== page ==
By Rachel Brody |
A serious threat has been quietly gathering against one of the most cherished safeguards of liberty in our government—the right of a political minority to have a voice.
Until now, this has always been the defining characteristic of the Senate.
That's why all senators have traditionally defended the Senate as an institution, because they knew that the Senate was the last legislative check for political minorities and small states against the kind of raw exercise of power large states and majority parties have always been tempted to wield.
The threat I'm referring to is the effort by some Democrats, most of whom have never served a day in the minority, to force a change in the Senate rules. This small group of primarily Senate sophomores is now proposing that when the Senate gavels in at the beginning of the new Congress, a bare majority of senators can disregard the rule that says changes to Senate rules can only be approved on the same broad bipartisan basis that we reserve for approving treaties and overriding presidential vetoes: a supermajority plus.
The Democratic majority leader, Sen. Harry Reid of Nevada, once described changing Senate procedure by majority fiat as, "breaking the rules to change the rules." What he and these other Democrats who are now calling for change have in mind is a fundamental break with the way the Senate operates for the purpose of consolidating their own power and further marginalizing the minority voices that the Senate was built to protect.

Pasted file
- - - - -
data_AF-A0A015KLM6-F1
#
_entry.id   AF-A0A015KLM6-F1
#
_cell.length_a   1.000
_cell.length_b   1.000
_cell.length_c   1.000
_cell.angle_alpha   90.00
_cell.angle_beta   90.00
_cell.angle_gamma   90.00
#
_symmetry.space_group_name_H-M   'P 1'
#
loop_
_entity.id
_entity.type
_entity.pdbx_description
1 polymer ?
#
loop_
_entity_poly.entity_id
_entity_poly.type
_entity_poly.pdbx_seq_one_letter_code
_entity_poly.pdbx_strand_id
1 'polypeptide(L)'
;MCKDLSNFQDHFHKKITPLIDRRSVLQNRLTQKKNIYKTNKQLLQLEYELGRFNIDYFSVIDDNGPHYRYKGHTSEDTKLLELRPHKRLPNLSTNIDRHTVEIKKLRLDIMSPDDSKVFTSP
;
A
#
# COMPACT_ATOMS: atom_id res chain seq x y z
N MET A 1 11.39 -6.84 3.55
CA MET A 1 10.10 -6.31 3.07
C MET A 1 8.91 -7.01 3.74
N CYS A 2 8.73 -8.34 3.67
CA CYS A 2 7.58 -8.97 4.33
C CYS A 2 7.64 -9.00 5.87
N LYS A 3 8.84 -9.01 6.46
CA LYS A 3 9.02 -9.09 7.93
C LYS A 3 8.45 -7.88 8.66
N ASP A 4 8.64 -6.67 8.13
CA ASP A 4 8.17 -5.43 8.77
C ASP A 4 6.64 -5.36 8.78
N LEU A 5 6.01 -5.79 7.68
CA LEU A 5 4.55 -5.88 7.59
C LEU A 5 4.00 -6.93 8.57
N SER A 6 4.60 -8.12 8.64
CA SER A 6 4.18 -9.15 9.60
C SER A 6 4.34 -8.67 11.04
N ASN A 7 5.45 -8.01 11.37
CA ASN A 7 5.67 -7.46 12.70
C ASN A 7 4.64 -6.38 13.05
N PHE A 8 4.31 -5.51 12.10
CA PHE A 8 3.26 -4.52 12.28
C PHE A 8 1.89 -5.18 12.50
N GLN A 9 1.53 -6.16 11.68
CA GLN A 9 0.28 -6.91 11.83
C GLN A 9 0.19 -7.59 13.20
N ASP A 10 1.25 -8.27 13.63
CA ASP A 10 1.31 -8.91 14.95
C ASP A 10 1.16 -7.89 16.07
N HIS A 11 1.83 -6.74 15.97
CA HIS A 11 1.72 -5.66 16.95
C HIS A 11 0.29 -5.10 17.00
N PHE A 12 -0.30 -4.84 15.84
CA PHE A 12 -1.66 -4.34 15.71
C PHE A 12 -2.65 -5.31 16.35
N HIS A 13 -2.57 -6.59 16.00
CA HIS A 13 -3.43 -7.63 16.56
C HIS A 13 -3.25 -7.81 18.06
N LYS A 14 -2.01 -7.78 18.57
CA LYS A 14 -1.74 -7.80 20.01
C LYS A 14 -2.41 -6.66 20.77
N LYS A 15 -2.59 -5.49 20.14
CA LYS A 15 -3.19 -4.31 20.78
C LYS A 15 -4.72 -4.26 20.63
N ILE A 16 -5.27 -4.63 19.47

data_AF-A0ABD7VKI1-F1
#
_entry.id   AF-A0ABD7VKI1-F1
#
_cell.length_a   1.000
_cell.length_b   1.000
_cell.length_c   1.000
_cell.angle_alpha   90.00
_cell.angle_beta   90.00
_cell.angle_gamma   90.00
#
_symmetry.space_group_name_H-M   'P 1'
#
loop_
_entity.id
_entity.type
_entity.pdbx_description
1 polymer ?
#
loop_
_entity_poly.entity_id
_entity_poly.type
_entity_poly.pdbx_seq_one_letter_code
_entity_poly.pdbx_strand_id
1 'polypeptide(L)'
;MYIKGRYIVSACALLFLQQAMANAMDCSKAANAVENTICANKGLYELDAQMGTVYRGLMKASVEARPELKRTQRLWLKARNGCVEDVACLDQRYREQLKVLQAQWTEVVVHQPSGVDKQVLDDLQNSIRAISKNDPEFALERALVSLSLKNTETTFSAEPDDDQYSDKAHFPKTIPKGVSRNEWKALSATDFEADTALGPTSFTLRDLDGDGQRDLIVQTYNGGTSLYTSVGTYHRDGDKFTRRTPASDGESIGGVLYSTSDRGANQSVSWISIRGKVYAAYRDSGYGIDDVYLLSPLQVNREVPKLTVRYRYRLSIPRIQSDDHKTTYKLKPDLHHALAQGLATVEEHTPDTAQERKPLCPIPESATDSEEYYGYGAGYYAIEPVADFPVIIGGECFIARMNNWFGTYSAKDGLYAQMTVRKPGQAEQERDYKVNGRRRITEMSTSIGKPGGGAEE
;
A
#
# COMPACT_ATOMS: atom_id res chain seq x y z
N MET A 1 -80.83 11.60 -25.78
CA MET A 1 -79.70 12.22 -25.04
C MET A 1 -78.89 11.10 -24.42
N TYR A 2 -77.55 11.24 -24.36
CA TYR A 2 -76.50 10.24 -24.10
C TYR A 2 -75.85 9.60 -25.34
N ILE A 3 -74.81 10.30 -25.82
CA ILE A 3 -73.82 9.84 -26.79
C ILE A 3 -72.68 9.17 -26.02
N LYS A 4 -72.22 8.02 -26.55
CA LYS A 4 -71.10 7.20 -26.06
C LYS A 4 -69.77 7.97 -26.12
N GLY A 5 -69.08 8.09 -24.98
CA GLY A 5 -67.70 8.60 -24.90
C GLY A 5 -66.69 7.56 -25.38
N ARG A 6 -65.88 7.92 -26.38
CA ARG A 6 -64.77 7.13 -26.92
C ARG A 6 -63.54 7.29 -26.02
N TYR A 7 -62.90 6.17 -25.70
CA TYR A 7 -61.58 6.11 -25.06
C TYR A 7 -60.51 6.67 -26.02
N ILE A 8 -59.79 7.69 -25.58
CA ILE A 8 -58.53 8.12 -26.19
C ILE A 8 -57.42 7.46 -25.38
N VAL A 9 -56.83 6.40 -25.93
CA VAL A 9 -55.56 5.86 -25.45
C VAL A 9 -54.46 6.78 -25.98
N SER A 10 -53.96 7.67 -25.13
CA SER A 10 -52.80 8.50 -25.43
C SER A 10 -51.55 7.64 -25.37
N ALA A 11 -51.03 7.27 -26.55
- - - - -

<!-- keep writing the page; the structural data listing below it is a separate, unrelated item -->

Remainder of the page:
The majority leader was once a staunch defender of the Senate's protection of minority rights. Yet now that he finds himself frustrated he's prepared to recklessly throw those rules away and his own solemn pledge to defend them.
On Dec. 8, 2006, Senator Reid made a very public pledge: "As majority leader," he said, "I intend to run the Senate with respect for the rules and for the minority rights the rules protect. The Senate was not established to be efficient … The Senate was established to make sure that minorities are protected ... I am going to do everything I can to preserve the traditions and rules of this institution that I love."
It's hard to imagine a clearer pledge than that. Yet now he wants to break the rules and his own very public pledge to defend those rules at all costs. Make no mistake: What Senator Reid is proposing is a Senate where the only rule is his whim, where the rest of us are bystanders, including the members of his own party and, most importantly, those who sent us here to represent them.
Do Democrats really want to go down this road?
About Mitch McConnell Senate Minority Leader
Jeff Merkley Democratic Senator from Oregon
KC Johnson Professor at Brooklyn College
John C. Fortier Director of the Democracy Project at the Bipartisan Policy Center